“When you stop expecting people to be perfect, you can like them for who they are.”
― Donald Miller
As I walked with my friend, the heaviness in her spirit was written on her lovely face, dampening her normal radiance. She was feeling guilty and frustrated. One of her dearest friends had called to lambaste her, letting her know in no uncertain terms that she had failed miserably as a friend. Apparently there was some sort of friend code that had been broken, a specific sort of support that had been withheld. My friend had had no idea she was so neglectful. She hadn’t even known the friendship code existed.
Stabbing the end button with her finger, my friend erupted. “I’m so stupid!” Shoving the phone into her purse, her face was flushed and angry. “I can’t believe I did that!” Apparently she had forgotten to pick something up earlier that day and the phone call she just ended was the reminder of her lapse.
She rushed about, muttering more self-condemnation under her breath as she gathered her things and snatched up her keys. Still fuming at herself, she gave me a distracted hug and left.
“Anger is never without a reason, but seldom with a good one.” –Benjamin Franklin
The piercing wails of my firstborn reverberated inside my head. It pained me. I clenched my teeth and hissed, “That’s enough!” I’d had it. Again. My rational self felt small and impotent, a passive bystander to a hostile takeover. It marveled that a petite three-year-old could bring this fury out of me. Possessed by emotion, I grabbed her by the hand and sternly yanked her forward.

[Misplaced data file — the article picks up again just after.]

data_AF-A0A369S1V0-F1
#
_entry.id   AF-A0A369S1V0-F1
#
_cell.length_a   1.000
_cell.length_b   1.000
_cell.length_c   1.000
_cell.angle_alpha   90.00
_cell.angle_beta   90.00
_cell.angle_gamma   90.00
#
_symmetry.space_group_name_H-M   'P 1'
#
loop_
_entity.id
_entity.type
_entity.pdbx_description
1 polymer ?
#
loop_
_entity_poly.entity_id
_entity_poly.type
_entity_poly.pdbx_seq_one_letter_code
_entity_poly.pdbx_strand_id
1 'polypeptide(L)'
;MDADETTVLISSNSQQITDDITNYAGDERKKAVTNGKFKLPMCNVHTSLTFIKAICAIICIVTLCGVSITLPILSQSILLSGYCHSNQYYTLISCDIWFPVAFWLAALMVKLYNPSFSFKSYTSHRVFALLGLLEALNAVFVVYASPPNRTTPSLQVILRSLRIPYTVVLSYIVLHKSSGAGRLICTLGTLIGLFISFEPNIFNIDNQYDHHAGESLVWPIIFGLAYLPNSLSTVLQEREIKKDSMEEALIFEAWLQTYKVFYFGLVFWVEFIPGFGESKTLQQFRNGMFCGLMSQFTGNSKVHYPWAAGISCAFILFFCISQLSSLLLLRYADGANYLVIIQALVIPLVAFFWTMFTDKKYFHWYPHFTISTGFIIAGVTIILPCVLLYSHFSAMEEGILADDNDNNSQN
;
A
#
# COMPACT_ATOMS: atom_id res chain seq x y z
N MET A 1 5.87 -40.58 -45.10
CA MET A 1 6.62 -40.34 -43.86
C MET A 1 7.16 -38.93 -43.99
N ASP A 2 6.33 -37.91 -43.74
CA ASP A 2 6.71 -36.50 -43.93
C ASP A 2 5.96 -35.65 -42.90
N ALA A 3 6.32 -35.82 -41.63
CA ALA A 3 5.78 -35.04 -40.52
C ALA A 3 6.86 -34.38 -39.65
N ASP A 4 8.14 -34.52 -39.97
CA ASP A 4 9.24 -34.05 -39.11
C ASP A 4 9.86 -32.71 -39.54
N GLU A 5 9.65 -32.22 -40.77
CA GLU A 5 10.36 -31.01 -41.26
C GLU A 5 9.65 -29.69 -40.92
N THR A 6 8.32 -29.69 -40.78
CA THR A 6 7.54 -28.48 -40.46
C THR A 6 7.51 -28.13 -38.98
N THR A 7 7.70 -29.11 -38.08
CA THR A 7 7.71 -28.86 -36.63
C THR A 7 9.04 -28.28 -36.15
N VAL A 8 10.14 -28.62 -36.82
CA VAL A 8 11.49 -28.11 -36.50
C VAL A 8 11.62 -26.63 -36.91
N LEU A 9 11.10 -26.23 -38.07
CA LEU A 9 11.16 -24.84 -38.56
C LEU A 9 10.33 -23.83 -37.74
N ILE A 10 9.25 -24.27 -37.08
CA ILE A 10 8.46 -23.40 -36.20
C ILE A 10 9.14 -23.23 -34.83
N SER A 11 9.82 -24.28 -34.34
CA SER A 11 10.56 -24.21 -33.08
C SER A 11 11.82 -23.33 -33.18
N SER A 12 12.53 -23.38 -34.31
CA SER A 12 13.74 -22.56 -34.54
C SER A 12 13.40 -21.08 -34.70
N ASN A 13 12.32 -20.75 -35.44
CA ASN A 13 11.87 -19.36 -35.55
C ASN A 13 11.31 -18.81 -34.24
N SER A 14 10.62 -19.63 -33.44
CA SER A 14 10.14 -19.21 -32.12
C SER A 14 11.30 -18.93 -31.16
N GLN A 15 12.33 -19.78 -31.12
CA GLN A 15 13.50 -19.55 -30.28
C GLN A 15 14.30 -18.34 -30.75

The silverware drawer was full of coffee. The odds and ends at home in this niche were swimming in the cold, brown liquid. The automatic feature of my coffee maker is a marvel dreamed up by the angels themselves. The instant gratification of pouring a steaming mug the moment my bleary eyes and shuffling footsteps can get me to the kitchen is pure, unadulterated bliss. But when the carafe doesn’t get emptied before the lovely little machine begins brewing its fragrant morning nectar, my coffee receptacle overfloweth.
My husband had forgotten to empty the carafe the night before. Again. Normally the mess is contained to the counter top; a nuisance to be sure, but not too terribly inconvenient. This time, however, the excess liquid had found its way straight into the drawer, creating a monstrous mess.
It up and died on me. That is to say, this week’s post fizzled spectacularly. I don’t know where half-fleshed ideas go when they pass on from this plane of existence, but wherever it is, that is where the poor post has gone. Good-bye, flash of brilliance. May you rest peaceably.
Feeling incredibly lazy, I had decided to let the writing go until next week. Then I read a blog post that challenged me to use my words to encourage someone today. I thought about it for a spell. Nothing came to mind off hand. I shrugged it off and went about my duties but the thought wouldn’t let me go. So I pondered awhile longer, and as I folded the never-ending laundry, it struck me.